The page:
CalPERS is about to take a more cautious approach to investing, a move that could stabilize its finances but will likely force government agencies and their employees to pump millions of additional dollars into the nation’s largest public pension fund.
The CalPERS finance and administration committee on Tuesday approved a risk-reduction strategy that will gradually lower the pension fund’s forecast of annual investment profits. The plan, which would take an estimated 19 years to implement fully, is still subject to approval of the full CalPERS board, which will vote Wednesday.
While it will be up to the CalPERS investment staff to flesh out the new policy, cutting the annual forecast will translate into safer investments and, in all likelihood, lower returns in most years. In an era of increasing market volatility, that would help buffer the California Public Employees’ Retirement System from steep losses in lean years. But if annual returns do diminish as anticipated, the strategy would force state and local taxpayers, along with employees themselves, to pick up the slack by contributing more to the $291 billion system.
“We all recognize there is a cost to lowering risk,” said committee vice chair Dana Hollinger.
Sign Up and Save
Get six months of free digital access to The Sacramento Bee
The pension fund’s up-and-down investment performance is at the heart of the discussion. Although CalPERS has averaged 11 percent annual profits on its investments for the past five years, it earned just 2.4 percent in its most recent fiscal year. The pension fund has plenty of cash on hand but is only 76 percent funded, which means it has 76 cents for every $1 in long-term obligations.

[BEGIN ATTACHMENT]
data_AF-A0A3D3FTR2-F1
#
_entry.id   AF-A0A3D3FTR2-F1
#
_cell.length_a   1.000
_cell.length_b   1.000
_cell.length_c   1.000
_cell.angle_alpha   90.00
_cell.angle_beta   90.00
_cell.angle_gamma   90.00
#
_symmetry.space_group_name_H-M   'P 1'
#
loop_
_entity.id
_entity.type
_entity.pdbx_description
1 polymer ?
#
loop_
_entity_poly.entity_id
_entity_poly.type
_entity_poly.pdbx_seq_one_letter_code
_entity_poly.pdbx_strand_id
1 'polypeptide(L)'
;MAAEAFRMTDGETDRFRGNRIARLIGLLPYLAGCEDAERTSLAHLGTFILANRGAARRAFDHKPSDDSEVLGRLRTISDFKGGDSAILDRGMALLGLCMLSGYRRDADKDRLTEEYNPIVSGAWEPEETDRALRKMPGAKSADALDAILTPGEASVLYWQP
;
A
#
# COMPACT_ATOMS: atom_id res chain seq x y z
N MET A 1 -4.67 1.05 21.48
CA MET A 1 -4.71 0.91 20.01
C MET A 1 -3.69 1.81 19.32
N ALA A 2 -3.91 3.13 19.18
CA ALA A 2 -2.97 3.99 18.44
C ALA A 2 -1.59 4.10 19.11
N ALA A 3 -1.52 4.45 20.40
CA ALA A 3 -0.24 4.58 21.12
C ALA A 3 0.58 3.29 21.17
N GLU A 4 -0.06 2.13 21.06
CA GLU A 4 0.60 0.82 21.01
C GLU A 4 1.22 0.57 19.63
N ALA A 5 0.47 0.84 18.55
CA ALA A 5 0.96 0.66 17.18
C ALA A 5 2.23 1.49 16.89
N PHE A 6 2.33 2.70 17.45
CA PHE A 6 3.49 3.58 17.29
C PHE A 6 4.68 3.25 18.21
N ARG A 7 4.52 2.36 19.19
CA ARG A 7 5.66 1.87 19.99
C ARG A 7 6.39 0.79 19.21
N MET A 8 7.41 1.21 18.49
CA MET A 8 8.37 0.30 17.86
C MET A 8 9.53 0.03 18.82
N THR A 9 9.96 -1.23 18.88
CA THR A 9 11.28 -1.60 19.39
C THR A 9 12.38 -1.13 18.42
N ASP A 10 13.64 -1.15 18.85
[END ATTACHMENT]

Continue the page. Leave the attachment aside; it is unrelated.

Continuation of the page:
Going forward, CalPERS can’t count on “an extraordinary string of returns,” actuary Alan Milligan told the committee.
Other public pension funds also are taking steps to reduce investment risks, including CalSTRS, the California teachers’ system, which recently agreed to carve out 9 percent of its portfolio for Treasury securities and other safe investments. CalPERS, meanwhile, is selling off $3 billion worth of comparatively risky real-estate assets and will plow the money into safer properties.
While the trend is clear, charting a safer strategy remains a balancing act for public pension funds. They want to reduce risk but also are weighing how quickly they can impose higher contributions on their member agencies and workers to compensate for the anticipated lower returns. As it is, CalPERS is already in the midst of a plan that hikes pension contributions by hundreds of millions of dollars a year to make up for the billions it lost in the 2008 market crash and to reflect expected longer lifespans for retirees. CalPERS took in $8.8 billion in 2014 from government agencies and $3.3 billion from workers.
Pension politics are at play, too. CalPERS’ board tends to favor labor interests and is wary of jacking up government contributions so quickly that it provides ammunition to conservative groups seeking changes in pension benefits for government workers.